Fernando Atria

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We live under the domain of dead ideas. To a considerable extent, our political language seems to be meaningless. What is the meaning of, for example, “Sovereignty rests essentially with the Nation, and it is exercised by the people[1]”? How can we say, without naïvety, that law is the will of the people, and that the people is the bearer of constituent power? When and how (if at all) can we say that a constitution imposed by a dictator or an occupying power is the people’s? This is what I would like to discuss in this paper: not the answers to these questions, but how to make them intelligible.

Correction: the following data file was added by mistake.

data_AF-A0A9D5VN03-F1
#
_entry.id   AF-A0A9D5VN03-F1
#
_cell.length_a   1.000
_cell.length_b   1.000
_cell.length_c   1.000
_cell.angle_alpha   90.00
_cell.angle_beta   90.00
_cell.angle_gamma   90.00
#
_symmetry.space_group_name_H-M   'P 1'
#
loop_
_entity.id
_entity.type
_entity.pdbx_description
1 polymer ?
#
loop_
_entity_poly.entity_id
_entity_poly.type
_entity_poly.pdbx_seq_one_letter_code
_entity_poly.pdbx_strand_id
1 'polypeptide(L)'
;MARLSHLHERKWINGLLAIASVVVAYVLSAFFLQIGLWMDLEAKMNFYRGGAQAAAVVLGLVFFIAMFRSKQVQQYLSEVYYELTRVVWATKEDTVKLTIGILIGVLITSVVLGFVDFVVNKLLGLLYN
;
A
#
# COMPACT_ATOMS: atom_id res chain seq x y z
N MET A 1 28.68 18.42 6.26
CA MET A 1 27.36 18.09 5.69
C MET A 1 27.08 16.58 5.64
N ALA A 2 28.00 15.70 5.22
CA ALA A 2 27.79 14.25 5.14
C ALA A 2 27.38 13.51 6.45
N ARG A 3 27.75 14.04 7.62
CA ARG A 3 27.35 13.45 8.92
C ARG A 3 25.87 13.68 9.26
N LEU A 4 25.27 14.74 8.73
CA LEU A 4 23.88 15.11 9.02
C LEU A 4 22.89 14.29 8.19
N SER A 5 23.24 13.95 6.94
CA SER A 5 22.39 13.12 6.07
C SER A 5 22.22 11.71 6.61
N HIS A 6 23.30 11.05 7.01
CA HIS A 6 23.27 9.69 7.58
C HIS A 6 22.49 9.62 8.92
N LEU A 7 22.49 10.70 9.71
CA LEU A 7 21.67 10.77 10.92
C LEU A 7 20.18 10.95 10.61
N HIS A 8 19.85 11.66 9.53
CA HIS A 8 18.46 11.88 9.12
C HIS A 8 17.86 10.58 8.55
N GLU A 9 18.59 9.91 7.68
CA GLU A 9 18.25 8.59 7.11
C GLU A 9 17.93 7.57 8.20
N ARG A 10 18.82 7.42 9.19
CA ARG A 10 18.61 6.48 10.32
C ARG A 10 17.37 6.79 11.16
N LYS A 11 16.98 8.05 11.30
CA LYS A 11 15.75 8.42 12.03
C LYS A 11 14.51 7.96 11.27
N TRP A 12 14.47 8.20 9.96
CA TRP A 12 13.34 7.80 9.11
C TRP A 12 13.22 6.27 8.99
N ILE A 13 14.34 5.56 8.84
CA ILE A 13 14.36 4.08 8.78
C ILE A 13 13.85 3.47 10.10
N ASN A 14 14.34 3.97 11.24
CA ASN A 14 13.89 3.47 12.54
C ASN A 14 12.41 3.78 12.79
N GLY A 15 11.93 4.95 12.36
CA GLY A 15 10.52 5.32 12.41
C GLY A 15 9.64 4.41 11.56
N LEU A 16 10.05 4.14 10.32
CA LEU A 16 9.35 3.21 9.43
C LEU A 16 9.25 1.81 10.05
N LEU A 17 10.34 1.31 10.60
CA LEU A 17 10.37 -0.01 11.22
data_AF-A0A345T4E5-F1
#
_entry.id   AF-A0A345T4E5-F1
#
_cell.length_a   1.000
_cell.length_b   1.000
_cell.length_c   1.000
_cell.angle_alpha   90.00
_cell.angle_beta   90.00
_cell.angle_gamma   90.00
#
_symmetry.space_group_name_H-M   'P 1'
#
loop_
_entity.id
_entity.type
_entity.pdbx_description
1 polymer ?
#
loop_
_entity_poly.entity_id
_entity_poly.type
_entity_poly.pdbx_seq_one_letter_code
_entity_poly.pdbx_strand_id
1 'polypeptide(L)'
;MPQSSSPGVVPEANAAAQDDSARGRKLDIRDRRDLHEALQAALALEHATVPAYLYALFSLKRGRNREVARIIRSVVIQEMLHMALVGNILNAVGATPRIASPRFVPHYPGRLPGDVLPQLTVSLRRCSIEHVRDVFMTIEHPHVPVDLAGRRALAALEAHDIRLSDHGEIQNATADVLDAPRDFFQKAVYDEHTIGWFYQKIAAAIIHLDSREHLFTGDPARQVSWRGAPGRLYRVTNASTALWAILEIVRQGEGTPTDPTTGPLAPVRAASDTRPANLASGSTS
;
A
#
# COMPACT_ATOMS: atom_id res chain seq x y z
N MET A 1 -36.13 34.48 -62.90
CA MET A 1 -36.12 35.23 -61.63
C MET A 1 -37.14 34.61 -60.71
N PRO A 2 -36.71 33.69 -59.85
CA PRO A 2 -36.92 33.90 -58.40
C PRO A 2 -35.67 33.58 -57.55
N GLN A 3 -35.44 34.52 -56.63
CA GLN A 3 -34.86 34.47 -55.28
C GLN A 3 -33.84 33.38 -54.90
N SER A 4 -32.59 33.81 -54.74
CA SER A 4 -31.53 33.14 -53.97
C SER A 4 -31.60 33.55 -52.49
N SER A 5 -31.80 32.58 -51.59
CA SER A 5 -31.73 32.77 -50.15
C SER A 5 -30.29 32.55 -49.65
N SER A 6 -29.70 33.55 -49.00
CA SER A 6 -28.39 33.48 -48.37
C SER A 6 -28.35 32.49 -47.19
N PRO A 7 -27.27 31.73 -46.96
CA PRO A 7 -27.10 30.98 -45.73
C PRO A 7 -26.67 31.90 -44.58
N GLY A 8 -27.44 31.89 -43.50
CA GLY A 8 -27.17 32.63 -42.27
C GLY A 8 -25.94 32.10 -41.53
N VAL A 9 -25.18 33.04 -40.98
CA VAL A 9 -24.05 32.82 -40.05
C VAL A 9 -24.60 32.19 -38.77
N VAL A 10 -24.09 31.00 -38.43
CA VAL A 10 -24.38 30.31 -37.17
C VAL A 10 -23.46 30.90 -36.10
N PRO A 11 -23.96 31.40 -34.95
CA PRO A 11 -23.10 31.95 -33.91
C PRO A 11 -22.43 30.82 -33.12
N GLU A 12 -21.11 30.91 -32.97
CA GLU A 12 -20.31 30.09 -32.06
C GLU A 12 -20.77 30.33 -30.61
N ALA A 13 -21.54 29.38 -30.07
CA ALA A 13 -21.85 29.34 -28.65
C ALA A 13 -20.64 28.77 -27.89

[1] Article 5 of the Chilean Constitution. All references to articles hereafter must be understood as references to the Chilean constitutional text, unless stated otherwise.


Paper presented at SELA 2011 in San José, Costa Rica, as part of the panel on “Faith and Politics.”